2. Barry B

    Barry B
    Lake St Louis, MO

    Another interesting take on the subject of this article from golf channel.com which talks about the Titleist/Acushnet response to the distance debate.

  3. Chris,

    You have put together a great collection of data. However, my gripe over all of this conversation is that it is based on the "pro" tours, and Mr. Davis of the USGA is concerned that the "game of golf" will be hurt by this increased distance. My contention is that what the "pros" do does not have a bearing on me. I'm almost 70 yrs old and on a good day I can drive my Titleist about 225-230 yds. I play 45-50 rounds per year and none of them is on a course that holds any kind of pro tournament. As such I could care less if DJ adds 2-3 yds on his drives while playing Pebble Beach or any other top notch course (a concern of Mr. Davis and Mr. Nichlaus). I AM the game of golf, not the top 1-2% of players. If the ruling bodies decide to reign in the ball it will hurt "the game of golf" more for us weekday players than the pros. It will mean that I will take more shots to get to the green since all shots, not just drives, will go shorter. So coming into the green with a 7 iron instead of a 9 iron will mean that I will miss the green more often than I do now and that it will take me longer to play a round. And we all know that pace of play is as much of a concern for the "game" as the "pros" driving distance. My view is that if the USGA and R&A are that worried about distance, then they should shorten the ball for the elite tours and leave the rest of us alone. Bifurcation be damned. Fairways and greens to all.

    Mark F
  4. J.R. F

    J.R. F
    La Porte, IN

    Mark F, I agree with you completely. I am in my mid-50s and I am lucky to carry it 230 yards on 14 holes in a round. I think that they need a different ball for the pros and leave us short hitters alone.
  5. tdogg21

    Chambersburg, PA

    It was interesting to see how the R&A and USGA interpreted the data completely differently than the PGA and PGA Tour. Poulter posted to instagram the letter sent to all of the Tour players. Basically it said that over the past 15 years distances have increased 3 times and decreased 5 times. They also made a point to say the average age has gone down and the average height has gone up.

    When I read the report, I thought the USGA was going to come out and say there was no evidence the ball is going to far and there are many other factors contributing to the slight increase in distance. With all of the advancements in fitness, diet, and club technology, I would've expected a larger jump than 6.6 yards in 15 years!
  6. Rooster

    West Wareham, MA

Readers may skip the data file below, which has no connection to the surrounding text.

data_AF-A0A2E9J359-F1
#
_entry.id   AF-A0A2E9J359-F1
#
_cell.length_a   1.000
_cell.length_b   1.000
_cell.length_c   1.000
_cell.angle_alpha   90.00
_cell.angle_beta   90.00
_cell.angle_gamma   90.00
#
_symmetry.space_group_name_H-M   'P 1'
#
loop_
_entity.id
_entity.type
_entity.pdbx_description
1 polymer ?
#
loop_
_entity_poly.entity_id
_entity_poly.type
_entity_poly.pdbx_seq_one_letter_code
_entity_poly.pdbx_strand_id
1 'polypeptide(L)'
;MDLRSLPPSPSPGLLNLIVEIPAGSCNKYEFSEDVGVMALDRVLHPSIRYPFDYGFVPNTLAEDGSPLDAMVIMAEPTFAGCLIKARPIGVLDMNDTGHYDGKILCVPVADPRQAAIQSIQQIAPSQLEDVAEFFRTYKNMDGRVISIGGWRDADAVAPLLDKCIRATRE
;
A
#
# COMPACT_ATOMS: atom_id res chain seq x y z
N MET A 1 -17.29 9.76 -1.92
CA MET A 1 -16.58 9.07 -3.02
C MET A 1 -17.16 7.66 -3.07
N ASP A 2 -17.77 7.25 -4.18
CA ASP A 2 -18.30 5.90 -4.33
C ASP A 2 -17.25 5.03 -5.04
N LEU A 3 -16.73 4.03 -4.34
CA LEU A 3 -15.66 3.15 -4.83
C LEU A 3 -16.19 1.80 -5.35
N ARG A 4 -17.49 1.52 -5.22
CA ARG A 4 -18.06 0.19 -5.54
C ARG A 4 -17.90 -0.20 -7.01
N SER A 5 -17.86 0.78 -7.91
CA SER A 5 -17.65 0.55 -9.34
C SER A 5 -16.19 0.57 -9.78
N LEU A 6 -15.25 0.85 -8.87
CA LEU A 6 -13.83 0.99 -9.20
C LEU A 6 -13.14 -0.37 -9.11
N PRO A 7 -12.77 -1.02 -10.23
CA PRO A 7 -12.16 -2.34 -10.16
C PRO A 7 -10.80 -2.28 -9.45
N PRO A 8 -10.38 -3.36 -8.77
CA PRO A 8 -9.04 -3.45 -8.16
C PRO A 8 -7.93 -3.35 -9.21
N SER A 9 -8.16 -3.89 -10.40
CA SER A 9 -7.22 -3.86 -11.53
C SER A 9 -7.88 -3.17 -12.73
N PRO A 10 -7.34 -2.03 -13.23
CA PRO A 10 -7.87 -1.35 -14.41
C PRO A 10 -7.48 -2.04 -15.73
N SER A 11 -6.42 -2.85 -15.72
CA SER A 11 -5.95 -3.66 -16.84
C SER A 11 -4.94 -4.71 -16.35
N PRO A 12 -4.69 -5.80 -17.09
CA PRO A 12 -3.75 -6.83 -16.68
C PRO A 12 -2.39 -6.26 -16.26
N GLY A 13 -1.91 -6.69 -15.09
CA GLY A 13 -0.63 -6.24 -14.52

This is what I call fuzzy math. The ball has certain limitations by rule. It is a simple thing to point at for this. What about the improvement's in equipment? how about that the average golfer is taller ( longer swing arc) or fitter? What about the course conditions and the improved equipment and varieties of grasses? we can go on and on. Let's be fair with this. Look at all the factors..
  7. Don O

    Don O
    Madison, WI

    Agree whole-heartedly with Mark F. Among the 98% of us that average under 275 (and that average is under 210) yards - what courses is Mr. Davis worried they will need to extend for us? Or is he more concerned about the 0.001% of players that generate the money through the Open that pays his salary? Somewhere in the R&A stats, the average distance in the higher handicaps actually declined. So if 90% of golfers never consistently break 90 - we need balls for the vast majority of golfers to go longer. If the USGA represented ALL golfers.
  8. Thomas K

    Thomas K
    Steamboat Springs, CO

    Once you create a shorter ball that will be used at PGA/USGA tournaments, all seven year olds will have to play that ball. All high school golfers will have to play that ball. All college players will have to play that ball. All the tours that send players forward to the major European and US and Asian tours will require using that shorter ball. All USGA sanctioned tournaments will require using that shorter ball. The Metropolitan Golf Association, the Chicago District Golf Association, the ......Whatever Golf Association will require using that ball. Your local club for events that qualify for USGA participation will require that shorter ball. So, even though the VAST majority of players have no issue with the current ball, all of us will be affected. The USGA is staffed with a lot of very smart people, who, over many years, have made a lot of very bad decisions. The short ball will turn out to have been the worst.
  9. Allen L

    Allen L
    Clarington, OH

    I don't think ball performance is a problem. The pro's are a different lot, compare todays pro's on the PGA tour with those just 20 years ago. The pro's playing today are overall physically conditioned for a powerful golf swing. Today's pro's are adding some excitement to the game with those long drives. USGA and R & A may think there is a problem with ball performance when there really isn't.
  10. Are the balls better today, then 10 years ago? Yes they are, but the telling statistics in the article are, club head speed is up 1.5, launch angle is up, and rpms are down. what does that mean? The ball goes further
    My opinion, dont’ let them use trackman. If you haven’t been able to use one, they are amazing. Besides your swing speed, you can dial in your swing, to improve launch angle and decrease rpm’s. Which in turn, makes the ball go further with he driver. Along with every other club in the game
    These guys and women are more of an athlete now, then they were just 20 years ago. Stronger, bigger, more flexible, that right there, increases club head speed. Like everything else, instead of looking at the big picture, they are looking for a quick fix
  11. Edward K

    Edward K
    Wesley Chapel, FL

    I'm 52 and can carry it 280+. Not bragging, but is that MY fault? Back the driver off, it's less complicated. We're only talking decimal points on the COR. Why are we complicating this issue? That way there is no arguing on the first tee as to whether your ProV1 is a 2017 issue, or the new conforming issue. All this because of a few yards in distance gains, when the truth is, a lot of the measured holes on Tour are 3-wood holes for a lot of guys.....Here's the real bottom line, what % of golfers actually compete in anything sanctioned by the USGA? That number is very small.......